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Embodied reflection in practice—‘Touching the core of caring’

Authors

  • Albertine Ranheim RN PhD-student,

    Corresponding author
    1. District Nurse, Department of Social and Welfare Studies, Faculty of Health Sciences, Linköping University, Linköping, Sweden
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  • Anita Kärner PhD RN,

    1. Senior Lecturer, Department of Social and Welfare Studies, Faculty of Health Sciences, Linköping University, Linköping, Sweden
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  • Maria Arman PhD RN,

    1. Associate Professor, Department of Neurobiology, Care Sciences and Society, Division of Nursing, Karolinska Institute, Stockholm, Sweden
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  • Arne Wilhelm Rehnsfeldt PhD RN,

    1. Senior Lecturer, Department of Neurobiology, Care Sciences and Society, Division of Nursing, Karolinska Institute, Stockholm, Sweden, and Professor at the University of Stord/Haugesund, Stord, Norway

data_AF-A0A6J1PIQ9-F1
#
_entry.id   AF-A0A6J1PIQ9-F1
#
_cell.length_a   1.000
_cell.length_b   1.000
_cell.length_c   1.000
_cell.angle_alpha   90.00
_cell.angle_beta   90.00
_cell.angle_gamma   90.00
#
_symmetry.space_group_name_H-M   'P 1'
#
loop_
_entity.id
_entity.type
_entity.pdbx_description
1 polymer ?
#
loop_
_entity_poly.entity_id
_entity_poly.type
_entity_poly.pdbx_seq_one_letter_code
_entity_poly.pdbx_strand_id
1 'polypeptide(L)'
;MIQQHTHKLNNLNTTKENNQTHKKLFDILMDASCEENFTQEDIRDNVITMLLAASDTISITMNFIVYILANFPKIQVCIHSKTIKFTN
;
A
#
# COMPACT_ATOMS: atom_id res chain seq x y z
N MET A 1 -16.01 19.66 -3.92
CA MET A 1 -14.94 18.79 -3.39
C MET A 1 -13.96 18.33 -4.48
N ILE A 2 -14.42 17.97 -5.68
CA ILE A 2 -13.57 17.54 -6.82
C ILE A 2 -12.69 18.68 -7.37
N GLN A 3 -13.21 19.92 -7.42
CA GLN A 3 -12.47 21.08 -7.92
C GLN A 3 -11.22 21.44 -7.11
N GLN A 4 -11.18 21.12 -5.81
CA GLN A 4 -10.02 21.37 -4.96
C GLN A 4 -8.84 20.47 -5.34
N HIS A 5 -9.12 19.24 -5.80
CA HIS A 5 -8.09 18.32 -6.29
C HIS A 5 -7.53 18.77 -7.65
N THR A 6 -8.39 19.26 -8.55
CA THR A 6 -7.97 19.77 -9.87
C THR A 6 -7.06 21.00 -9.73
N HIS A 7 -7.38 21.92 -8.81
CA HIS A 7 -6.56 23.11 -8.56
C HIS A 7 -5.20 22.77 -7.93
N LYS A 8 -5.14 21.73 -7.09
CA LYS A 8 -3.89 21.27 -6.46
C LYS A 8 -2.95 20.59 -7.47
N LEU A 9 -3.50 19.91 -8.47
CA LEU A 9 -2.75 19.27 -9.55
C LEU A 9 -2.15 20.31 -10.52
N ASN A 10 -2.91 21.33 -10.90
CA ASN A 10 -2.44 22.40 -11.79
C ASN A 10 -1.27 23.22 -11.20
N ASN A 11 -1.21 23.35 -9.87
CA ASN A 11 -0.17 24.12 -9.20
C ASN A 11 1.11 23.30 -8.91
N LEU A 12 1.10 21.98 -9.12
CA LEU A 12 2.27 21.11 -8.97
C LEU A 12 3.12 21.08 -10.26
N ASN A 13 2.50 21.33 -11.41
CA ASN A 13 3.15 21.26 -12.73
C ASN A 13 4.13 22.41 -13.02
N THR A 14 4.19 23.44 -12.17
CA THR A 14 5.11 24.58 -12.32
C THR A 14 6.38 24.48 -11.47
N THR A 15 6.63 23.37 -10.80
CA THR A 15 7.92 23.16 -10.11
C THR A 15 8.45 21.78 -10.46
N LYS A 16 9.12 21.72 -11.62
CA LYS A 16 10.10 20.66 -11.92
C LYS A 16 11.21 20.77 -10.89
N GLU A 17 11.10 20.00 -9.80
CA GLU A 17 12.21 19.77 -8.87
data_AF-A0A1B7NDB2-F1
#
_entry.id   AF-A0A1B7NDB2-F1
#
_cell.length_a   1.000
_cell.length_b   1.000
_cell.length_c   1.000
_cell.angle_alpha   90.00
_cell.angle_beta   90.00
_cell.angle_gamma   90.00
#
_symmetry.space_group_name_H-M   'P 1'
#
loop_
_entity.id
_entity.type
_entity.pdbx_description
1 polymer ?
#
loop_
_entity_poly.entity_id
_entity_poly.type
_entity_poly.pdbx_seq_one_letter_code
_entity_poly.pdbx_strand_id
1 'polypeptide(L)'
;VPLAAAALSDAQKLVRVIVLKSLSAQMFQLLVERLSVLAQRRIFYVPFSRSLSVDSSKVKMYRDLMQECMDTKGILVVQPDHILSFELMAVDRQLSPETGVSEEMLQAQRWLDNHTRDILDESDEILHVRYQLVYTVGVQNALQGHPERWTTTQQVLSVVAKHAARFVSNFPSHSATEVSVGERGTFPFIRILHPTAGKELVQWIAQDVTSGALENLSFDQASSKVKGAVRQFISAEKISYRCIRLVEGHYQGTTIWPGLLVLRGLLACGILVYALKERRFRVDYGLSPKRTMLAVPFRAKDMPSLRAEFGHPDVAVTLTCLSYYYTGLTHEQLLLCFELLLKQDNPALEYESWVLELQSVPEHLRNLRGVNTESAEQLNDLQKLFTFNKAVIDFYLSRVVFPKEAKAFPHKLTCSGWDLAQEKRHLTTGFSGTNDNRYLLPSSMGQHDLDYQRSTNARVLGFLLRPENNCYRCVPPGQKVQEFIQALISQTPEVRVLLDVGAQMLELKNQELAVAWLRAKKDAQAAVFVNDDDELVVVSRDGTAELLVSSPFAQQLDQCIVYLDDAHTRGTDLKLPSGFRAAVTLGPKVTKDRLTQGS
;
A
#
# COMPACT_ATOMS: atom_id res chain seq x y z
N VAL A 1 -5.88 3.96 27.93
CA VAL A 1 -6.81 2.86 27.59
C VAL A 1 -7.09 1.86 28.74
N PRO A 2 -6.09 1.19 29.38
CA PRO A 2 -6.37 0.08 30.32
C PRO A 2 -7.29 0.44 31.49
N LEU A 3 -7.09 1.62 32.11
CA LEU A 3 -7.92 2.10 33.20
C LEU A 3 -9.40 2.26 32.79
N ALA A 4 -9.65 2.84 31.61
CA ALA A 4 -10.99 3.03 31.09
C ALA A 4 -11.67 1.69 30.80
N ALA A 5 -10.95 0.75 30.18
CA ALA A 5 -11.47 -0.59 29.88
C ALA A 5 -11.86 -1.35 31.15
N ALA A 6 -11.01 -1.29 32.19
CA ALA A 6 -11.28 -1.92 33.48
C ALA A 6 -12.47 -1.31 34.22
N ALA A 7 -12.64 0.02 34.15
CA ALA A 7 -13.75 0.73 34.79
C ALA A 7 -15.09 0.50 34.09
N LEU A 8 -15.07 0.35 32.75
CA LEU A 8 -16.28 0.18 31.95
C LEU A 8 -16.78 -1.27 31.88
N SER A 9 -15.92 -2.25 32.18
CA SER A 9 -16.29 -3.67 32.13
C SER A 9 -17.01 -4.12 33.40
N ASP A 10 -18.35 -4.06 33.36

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  • Carina Berterö RNT BSc MScN PhD

    1. Professor, Department of Medical Health Sciences, Division of Nursing Science, Faculty of Health Sciences, Linköping University, Linköping, Sweden
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Albertine Ranheim, University of Linköping, ISV, 601 74 Norrköping, Sweden. Email: tine@jdb.se

Abstract

Ranheim A, Kärner A, Arman M, Rehnsfeldt AW, Berterö C. International Journal of Nursing Practice 2010; 16: 241–247
Embodied reflection in practice—‘Touching the core of caring’

A study was performed with the aim of clarifying the integration of the caring act of touch with reflection on caring theory. Seven participant nurses in elderly care volunteered as ‘coresearchers’ and performed a caring act called Rhythmical Embrocation, together with reflective dialogues on caring theory. The project lasted for 6 months and at the end qualitative interviews with participants were used to evaluate the study. The findings showed an opening of awareness, embodied moments of presence and an extended ability to act creatively in caring. In this study, the movement between theory and practice was the integration of the caring act with reflection on basic caring concepts. Implications for praxis development are that implementation and reflection by teams over certain caring acts might open the door to an expanded view of one's own caring ability that in the long run will benefit the patient.

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